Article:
NAIROBI, Kenya, Nov 3- The role of a journalist is to inform, entertain and educate the public without fear or favour but at all times being objective and factual.
But where should the ‘voice of the voiceless’ turn when police and the public turn against them?
It was the case on Thursday when police turned their guns on journalists, who were only armed with their note books, cameras and pens, leaving them to scamper for safety.
A group of about 30 local and international journalists had joined protestors at the Freedom corner in Uhuru Park, with a sole purpose of covering the anti-graft demonstrations that organised by Boniface Mwangi-led PAWA 254 and the Kenya Human Rights Commission (KHRC).
The group was violently dispersed as soon as they started marching towards Kenyatta Avenue roundabout.
As soon as the protestors had left the Park, journalists who had been following the police found themselves in a fix.
Trouble started when an unidentified officer attempted to hit one of the camera people who were capturing events as it unfolded.
His baton was up on the air ready to land on him but the rest of the journalists came to his rescue.
“Stop attacking journalists, we have a right to do our job,” they shouted, slowing the visibly angered officer.
Another group of anti-riot officers were watching at a distance from their vehicle and when the group of journalists tried to complain to one of the senior officers, they lobbed teargas towards them.
This didn’t however deter the journalists and they went back to the officer who was now heading to his vehicle and sought explanation while demanding that he brief them over the matter.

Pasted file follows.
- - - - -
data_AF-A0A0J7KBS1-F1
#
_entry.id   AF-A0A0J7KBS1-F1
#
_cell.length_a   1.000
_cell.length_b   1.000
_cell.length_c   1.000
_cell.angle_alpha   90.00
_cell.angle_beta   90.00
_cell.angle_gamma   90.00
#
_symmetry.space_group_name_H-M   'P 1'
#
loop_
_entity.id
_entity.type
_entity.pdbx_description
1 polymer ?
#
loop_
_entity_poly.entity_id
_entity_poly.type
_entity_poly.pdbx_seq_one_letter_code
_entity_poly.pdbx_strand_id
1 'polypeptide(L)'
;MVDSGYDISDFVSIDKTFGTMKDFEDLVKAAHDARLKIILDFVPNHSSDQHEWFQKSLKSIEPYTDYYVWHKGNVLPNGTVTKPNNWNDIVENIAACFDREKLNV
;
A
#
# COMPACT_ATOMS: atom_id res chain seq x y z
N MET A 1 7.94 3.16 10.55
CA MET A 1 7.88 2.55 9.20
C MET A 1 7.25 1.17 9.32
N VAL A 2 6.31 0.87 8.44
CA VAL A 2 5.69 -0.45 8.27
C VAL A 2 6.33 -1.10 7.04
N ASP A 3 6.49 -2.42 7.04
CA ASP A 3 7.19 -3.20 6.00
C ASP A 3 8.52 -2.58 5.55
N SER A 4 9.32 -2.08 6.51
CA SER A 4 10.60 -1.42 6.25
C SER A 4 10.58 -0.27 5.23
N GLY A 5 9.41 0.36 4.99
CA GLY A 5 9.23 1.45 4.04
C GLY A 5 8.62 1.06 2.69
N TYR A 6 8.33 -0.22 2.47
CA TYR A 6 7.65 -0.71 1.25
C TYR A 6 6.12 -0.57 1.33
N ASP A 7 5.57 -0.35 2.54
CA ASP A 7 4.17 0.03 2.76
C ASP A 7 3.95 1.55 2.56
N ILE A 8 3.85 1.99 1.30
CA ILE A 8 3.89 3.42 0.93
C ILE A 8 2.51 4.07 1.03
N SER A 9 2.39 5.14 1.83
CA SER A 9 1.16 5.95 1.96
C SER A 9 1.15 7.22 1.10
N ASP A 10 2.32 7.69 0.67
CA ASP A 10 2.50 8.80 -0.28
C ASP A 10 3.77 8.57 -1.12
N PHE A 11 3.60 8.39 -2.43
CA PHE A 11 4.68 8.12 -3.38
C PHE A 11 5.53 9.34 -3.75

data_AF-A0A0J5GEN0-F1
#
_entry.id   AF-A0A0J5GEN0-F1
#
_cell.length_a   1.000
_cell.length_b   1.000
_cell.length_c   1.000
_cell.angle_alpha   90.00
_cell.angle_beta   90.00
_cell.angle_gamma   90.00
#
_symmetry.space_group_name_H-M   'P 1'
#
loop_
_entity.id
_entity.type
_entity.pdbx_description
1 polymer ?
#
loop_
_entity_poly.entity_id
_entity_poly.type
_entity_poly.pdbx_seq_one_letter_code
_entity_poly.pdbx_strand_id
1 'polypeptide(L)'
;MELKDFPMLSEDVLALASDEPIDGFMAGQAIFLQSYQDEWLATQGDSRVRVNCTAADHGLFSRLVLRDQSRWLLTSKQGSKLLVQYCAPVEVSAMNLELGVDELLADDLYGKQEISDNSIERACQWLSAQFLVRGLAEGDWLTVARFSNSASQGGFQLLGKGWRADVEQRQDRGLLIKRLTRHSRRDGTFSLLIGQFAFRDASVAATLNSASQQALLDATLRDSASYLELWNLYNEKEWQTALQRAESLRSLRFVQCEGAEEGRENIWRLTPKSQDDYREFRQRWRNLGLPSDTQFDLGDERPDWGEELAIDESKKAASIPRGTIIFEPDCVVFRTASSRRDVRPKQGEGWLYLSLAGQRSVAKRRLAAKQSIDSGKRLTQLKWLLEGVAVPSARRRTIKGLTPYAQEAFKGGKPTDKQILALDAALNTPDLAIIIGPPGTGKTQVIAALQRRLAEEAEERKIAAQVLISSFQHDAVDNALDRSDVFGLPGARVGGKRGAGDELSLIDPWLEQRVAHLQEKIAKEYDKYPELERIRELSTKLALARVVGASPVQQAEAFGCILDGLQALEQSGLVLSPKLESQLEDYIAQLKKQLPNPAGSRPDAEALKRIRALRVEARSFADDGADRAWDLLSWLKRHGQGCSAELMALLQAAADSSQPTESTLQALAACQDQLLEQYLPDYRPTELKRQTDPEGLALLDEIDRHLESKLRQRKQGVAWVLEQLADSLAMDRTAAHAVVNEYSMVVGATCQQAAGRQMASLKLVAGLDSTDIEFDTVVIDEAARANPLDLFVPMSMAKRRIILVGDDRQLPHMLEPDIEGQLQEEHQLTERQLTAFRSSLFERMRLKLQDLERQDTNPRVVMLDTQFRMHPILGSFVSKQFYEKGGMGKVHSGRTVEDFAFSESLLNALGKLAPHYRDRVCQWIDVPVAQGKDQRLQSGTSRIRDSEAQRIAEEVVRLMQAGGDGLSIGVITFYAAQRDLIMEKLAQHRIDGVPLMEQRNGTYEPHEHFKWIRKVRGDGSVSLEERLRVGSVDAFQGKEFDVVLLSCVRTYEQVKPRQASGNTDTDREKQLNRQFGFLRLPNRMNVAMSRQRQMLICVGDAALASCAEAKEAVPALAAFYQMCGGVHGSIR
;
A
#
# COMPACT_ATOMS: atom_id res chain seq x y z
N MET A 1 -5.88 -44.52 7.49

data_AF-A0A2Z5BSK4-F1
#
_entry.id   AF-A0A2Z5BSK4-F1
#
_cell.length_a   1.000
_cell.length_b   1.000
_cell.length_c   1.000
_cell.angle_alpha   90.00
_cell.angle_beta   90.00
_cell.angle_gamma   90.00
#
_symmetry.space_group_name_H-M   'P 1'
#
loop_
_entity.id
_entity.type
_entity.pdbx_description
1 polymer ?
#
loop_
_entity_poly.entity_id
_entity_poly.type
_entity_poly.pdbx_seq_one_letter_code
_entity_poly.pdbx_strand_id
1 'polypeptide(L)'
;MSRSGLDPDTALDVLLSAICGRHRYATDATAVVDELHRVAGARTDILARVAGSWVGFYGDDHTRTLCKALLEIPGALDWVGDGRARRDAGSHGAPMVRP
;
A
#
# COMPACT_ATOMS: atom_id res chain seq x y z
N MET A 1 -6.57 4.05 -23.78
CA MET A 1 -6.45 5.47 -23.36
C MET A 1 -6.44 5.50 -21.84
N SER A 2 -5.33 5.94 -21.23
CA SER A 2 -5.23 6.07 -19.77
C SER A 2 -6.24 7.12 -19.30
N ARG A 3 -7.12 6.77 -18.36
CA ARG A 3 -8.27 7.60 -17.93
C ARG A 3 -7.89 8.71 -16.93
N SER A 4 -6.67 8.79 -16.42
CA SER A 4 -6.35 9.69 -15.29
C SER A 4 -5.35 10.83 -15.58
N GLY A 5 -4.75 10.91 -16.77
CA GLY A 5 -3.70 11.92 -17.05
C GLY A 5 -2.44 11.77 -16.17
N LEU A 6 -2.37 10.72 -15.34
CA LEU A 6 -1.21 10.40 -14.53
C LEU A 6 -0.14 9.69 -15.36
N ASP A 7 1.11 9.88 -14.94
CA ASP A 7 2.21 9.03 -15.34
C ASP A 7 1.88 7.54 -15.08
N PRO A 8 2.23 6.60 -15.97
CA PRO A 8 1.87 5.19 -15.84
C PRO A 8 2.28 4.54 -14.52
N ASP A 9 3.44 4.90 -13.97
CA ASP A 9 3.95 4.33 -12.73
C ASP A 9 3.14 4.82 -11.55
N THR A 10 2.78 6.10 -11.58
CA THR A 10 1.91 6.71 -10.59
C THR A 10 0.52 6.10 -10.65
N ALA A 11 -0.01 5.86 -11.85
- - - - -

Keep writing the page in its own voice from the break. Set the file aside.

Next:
Once again, the cops dispersed them.
“Why are they doing this to us?” Kevin Gitau, a photo journalist with Capital FM asked.
“Why are they firing tear gas at me and I’m only trying to do my job, plus we haven’t done anything to provoke them…how are we caught in the middle of this?”
Miano Muchiri, also a Capital FM journalists explained the turn of events.
“We came to cover the protest. It all went to lose; teargas was lobed all the way across Uhuru Park. The cops completely disregarded the work of journalists. That is completely outrageous. It is ridiculous.
If the police are going to do this, what are the journalists supposed to do? We were not part of protestors.”
Others also registered their disappointments while calling on the Government to ensure Journalists are protected while in the line of duty.
“This has never happened,” one said in disgust.
It was not over yet since a group of youths- about 50- entered at Uhuru Park and started hurling stones at the journalists.
They were however dispersed by the police-now in our support- before they inflicted injuries on them.